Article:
I am involved in Beatreece Circus, a project that started almost two years ago and that in 2021 gave birth to Divina Tragedia: tales of (dis)empowerment. This was a circus show with aerial acrobatics, fire shows, theater and drag queens, telling stories about oppression in its different shapes, created by a group of friends who are all doing their thing at WUR. In doing so, we have been part of a challenging and wonderful creative process far from our routinary tasks as students or young scientists. Some things came to mind during this process and I wanted to share them with you.
Time goes by, summer arrives, and you decide to go back home to visit your family for a while. Take a little break from the Wageningen bubble. But something is different. Days and weeks pass, and you still have heard nothing about permaculture or the future of the arctic penguins. At some point you miss your Wageningen friends, so you get brave and try to have a melancholic conversation about the latest climate science, with your parents after dinner, or at the bar with your friends from school, and… BAM! People look at you like some mysterious creature speaking in an alien language, the conversation quickly dies because no one finds it interesting, or they just agree to whatever you said even though they did not understand a thing, but the football match is about to start. Then, like a sad puppy you return to your corner of the sofa to think, is it only me, or is science a million miles away from society?
Lets face it, we are in a bubble of people that study and research how to make the world a better place, but once you get out of the bubble, people don’t have a clue what you are talking about… great! I am no marketing or communication expert, but I would say that this is not the best strategy to spread ideas. But is there a good way? If people are not in this field, it is more complicated to reach them and have them gain interest and understanding in what you have to say. Basically, in the same way I do not know how to build a helicopter or define the new trends in the autumn-winter season of the fashion industry. Luckily, there is one thing that everyone shares whether you are an environmentalist, a lawyer, a waiter or an astronaut, and that’s CULTURE. Culture is entertainment, consumed by going to the theatre, to the cinema, to a concert or to an art exhibition (unfortunately only for those who can afford it these days…). Everyone reads books, listens to music or watches shows on their laptops. But science, including all of us, is failing at being a part of that, which leads to you looking like a freak after dinner with your friends. What if we could be part of culture? What if we could make art from science? Would that become a bridge between us and society? Can we listen to science? Can we photograph science? Can we dance or express science through our body movements?
Entertainment is transversal, all of society consumes culture in its multiple shapes and forms. Culture connects us, inspires us, and allows us to get out of our daily lives and struggles. It gives us air, an escape from our reality by connecting with the artistic expression of those who share it with the world. These days, connecting with artistic expression is often limited to doing so as a spectator, since self-artistic expression has been forgotten and left aside. Art is hardly a priority or given enough importance to take a central role in our lives. Does that help the scientific community?Is it positive that we are disconnected from our imagination and creativity? Or is it counterproductive? There are millions of ways of creating art or expressing ourselves, through writing, painting, music, moving, dancing, singing, sculpting, taking pictures… Whichever way one feels more comfortable with, exploring this part of one’s self can bring only good. Allowing the mind to go places and leave the squared repetitive routine, letting imagination and creativity take control changes the perspective of how we understand things, gives us a different pathway for making sense of reality, a diverse point of view. Can that help us in our mission to turn the world upside down and find solutions to the pressing challenges that don’t let us sleep at night? I think so.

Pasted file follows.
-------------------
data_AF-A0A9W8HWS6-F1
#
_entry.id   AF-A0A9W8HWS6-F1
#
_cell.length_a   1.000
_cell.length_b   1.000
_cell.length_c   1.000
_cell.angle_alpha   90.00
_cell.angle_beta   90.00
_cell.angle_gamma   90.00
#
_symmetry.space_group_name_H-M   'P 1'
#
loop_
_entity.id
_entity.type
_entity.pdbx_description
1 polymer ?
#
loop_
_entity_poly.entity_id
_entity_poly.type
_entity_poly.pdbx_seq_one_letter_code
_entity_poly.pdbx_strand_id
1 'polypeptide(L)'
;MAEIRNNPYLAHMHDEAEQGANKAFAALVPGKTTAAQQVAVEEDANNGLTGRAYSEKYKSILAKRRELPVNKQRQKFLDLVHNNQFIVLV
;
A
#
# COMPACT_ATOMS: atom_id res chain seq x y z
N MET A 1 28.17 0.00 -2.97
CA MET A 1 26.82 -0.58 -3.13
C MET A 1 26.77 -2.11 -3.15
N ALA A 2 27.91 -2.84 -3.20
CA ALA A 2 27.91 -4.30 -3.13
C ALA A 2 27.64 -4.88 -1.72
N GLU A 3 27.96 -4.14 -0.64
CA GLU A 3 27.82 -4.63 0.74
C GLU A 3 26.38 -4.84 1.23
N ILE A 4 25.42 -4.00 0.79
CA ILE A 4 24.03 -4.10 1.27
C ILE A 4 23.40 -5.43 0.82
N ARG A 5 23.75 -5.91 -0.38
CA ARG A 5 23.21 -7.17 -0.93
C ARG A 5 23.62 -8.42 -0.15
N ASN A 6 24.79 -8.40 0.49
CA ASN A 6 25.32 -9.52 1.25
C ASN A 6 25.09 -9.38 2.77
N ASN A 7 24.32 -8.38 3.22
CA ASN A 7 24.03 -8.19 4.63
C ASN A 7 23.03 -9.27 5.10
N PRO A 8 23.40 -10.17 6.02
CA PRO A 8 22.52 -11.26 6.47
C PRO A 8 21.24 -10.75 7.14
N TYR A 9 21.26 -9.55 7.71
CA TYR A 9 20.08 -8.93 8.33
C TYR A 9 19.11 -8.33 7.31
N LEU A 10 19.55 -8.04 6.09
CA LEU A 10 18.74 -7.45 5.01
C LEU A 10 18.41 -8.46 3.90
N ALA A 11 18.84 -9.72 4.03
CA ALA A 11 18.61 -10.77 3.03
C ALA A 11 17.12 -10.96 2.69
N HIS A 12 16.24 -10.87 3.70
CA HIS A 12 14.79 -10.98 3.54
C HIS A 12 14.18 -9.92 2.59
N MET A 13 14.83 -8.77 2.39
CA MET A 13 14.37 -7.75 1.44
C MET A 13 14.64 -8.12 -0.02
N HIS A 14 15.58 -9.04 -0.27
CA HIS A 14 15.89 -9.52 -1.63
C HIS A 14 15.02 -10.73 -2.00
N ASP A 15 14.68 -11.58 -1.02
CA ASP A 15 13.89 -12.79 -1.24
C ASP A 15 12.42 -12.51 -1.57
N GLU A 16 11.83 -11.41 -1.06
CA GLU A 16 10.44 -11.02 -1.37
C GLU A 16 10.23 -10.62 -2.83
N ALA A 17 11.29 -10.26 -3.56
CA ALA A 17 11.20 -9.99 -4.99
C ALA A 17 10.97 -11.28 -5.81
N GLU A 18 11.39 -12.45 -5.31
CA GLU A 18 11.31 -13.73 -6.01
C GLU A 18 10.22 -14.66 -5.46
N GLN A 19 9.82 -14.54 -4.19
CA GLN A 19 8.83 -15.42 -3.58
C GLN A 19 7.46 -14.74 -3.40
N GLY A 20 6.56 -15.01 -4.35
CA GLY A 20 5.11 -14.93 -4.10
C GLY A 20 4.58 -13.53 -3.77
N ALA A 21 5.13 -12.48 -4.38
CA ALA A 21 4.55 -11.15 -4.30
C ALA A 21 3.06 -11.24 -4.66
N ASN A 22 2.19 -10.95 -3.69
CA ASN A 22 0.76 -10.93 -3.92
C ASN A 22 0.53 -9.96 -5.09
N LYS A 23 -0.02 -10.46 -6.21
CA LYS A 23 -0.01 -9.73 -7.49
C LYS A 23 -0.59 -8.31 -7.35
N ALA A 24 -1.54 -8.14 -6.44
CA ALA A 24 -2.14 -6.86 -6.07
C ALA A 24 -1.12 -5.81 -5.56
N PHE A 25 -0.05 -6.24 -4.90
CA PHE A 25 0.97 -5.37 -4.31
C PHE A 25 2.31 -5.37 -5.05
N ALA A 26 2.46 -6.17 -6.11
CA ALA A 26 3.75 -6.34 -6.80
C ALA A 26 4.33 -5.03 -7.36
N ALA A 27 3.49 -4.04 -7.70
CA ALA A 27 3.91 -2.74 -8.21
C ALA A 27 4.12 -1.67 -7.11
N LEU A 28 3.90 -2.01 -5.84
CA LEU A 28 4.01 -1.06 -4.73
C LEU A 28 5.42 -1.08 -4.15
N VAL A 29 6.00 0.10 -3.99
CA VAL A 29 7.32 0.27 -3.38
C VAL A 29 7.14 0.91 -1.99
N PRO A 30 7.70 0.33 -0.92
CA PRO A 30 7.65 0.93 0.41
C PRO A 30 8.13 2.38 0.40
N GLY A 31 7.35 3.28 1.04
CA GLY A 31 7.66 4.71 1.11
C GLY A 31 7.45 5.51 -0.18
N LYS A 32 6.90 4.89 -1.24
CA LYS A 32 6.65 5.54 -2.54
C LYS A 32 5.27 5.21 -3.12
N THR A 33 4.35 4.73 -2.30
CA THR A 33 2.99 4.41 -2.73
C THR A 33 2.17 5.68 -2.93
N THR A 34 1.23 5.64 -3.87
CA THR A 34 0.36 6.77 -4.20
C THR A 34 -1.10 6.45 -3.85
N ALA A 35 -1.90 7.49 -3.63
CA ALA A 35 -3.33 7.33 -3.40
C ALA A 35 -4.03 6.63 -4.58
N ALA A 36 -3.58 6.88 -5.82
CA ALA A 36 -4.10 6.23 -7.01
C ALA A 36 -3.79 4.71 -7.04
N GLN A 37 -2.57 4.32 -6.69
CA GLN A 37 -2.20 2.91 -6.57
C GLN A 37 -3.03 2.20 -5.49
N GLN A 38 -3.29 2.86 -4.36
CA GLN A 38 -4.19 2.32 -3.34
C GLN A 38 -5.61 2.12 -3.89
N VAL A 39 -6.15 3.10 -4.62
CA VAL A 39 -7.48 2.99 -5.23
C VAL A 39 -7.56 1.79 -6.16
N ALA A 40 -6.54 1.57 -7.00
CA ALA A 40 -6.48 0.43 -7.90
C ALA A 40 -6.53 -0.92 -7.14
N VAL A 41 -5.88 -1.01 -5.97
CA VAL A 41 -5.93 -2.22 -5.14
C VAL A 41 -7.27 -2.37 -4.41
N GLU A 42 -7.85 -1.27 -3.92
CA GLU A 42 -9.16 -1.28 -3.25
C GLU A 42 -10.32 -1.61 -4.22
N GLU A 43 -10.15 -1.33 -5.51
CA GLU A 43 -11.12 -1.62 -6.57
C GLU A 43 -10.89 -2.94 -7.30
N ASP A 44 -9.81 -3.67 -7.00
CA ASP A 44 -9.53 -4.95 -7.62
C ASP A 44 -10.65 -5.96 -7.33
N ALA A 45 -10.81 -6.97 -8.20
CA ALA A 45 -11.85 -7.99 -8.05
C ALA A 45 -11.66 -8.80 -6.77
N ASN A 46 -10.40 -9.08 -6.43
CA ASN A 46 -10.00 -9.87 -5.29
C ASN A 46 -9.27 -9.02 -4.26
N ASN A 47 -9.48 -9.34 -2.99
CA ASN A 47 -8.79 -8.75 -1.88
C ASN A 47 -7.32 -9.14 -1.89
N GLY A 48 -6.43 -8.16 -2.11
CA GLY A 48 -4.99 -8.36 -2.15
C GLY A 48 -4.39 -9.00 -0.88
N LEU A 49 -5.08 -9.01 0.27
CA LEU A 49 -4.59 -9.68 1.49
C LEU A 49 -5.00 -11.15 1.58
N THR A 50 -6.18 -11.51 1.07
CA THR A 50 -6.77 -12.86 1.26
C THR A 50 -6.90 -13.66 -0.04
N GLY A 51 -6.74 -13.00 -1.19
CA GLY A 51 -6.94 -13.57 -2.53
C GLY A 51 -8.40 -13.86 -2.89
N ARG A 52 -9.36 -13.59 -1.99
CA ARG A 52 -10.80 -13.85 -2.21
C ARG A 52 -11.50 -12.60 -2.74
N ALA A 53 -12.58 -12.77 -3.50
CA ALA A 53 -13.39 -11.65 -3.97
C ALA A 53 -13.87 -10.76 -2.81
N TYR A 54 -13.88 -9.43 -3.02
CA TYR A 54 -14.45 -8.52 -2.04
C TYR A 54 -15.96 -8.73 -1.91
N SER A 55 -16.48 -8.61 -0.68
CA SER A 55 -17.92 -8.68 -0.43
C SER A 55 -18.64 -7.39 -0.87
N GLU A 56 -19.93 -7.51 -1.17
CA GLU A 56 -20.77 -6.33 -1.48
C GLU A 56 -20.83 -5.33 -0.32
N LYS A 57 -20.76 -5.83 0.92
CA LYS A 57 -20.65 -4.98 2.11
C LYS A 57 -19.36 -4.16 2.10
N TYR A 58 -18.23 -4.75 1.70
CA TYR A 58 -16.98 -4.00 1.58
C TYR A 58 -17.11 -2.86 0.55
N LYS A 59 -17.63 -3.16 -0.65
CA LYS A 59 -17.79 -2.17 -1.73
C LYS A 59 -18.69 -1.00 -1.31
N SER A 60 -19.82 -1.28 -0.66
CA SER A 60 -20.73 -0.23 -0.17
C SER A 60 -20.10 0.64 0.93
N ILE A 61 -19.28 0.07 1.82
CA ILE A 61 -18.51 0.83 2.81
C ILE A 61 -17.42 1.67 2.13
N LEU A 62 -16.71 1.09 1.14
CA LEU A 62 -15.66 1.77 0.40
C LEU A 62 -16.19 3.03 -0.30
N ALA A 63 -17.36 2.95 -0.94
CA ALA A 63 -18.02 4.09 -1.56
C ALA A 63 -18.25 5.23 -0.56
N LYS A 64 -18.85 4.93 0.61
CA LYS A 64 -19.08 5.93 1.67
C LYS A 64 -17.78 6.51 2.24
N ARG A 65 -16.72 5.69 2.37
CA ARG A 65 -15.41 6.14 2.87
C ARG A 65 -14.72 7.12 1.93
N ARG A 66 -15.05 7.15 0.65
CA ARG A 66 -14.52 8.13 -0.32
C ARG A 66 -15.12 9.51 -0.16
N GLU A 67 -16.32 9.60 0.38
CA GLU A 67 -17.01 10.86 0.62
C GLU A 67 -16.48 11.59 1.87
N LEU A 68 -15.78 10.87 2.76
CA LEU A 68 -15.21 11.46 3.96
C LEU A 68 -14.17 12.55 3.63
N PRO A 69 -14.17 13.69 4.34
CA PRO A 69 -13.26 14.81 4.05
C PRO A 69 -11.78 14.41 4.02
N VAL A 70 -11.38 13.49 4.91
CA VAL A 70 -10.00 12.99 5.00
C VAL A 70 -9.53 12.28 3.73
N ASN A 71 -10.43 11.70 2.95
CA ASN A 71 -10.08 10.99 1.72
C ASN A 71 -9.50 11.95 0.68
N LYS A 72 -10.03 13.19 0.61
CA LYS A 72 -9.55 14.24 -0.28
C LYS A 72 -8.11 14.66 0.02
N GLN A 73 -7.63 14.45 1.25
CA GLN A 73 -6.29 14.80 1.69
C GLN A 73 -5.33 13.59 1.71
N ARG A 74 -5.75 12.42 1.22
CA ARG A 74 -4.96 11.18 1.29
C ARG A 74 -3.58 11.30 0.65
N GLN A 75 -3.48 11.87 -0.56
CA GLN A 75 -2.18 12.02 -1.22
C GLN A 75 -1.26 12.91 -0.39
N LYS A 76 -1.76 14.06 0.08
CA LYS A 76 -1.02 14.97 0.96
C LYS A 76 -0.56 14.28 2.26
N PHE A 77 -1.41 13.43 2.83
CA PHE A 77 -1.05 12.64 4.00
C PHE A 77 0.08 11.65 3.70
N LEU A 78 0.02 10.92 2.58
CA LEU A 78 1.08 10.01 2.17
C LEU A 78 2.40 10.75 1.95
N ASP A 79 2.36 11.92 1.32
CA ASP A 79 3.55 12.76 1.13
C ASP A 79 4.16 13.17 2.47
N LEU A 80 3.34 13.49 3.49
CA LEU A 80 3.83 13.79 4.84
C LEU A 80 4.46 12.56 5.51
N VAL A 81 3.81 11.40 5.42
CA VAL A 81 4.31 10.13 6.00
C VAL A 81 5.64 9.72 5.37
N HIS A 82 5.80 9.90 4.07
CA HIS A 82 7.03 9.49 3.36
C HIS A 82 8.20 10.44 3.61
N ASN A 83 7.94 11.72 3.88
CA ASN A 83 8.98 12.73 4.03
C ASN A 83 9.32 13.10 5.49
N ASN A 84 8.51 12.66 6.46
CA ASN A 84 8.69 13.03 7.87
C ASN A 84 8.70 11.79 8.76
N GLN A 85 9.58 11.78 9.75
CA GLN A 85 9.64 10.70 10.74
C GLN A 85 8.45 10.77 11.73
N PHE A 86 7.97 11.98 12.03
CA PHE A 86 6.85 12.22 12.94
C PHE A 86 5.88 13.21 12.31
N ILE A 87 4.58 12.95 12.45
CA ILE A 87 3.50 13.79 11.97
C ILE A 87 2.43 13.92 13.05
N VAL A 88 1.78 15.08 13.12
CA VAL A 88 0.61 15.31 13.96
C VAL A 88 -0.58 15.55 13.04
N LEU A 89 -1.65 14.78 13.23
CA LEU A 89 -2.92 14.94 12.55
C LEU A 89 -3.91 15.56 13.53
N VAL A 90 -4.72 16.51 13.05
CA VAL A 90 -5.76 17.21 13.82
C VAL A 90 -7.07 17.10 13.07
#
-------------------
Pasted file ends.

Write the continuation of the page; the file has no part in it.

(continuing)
If we were to connect with either our own artistic expression or with those who do that for a living, could we bring science closer to society? Imagine if the IPSS climate change scenarios were used for the next Hollywood Sci-Fi movie? Like an actual movie, not based on a book or on someone’s extraordinary imagination, but based on the work of scientists describing what the future will look like depending on the decisions we make now (of course including a ridiculous love story and some drama). Or making art expositions with images from our microscopes? Visual art for music videos or festivals? Exploring music and sound and movement? Could we avoid that uncomfortable after-dinner conversation at home, and instead have our friends and families speak the same language we do?
As of right now, at WUR you can take some courses on scientific divulgation and communication, and we have a giant beetle on the pond between Forum and Orion as the most apparent work of art. If you live here, science is what you’ll focus on, the real stuff, and maybe after you are done with your academic or working day, you can engage in some artistic or expressive activities.
What if WUR partnered up with some fine arts university? And we all had to take a few courses there? Or have group work with students of other completely different disciplines, where we were challenged to find visual engagement and humanisation of science?
Anyway, all of this was just a bundle of my own thoughts, I do not have the formula for how it should be done, but I encourage everyone to get on it. Do not leave art aside, consume it, explore it, and make it part of yourself.
Robert M. Vardredi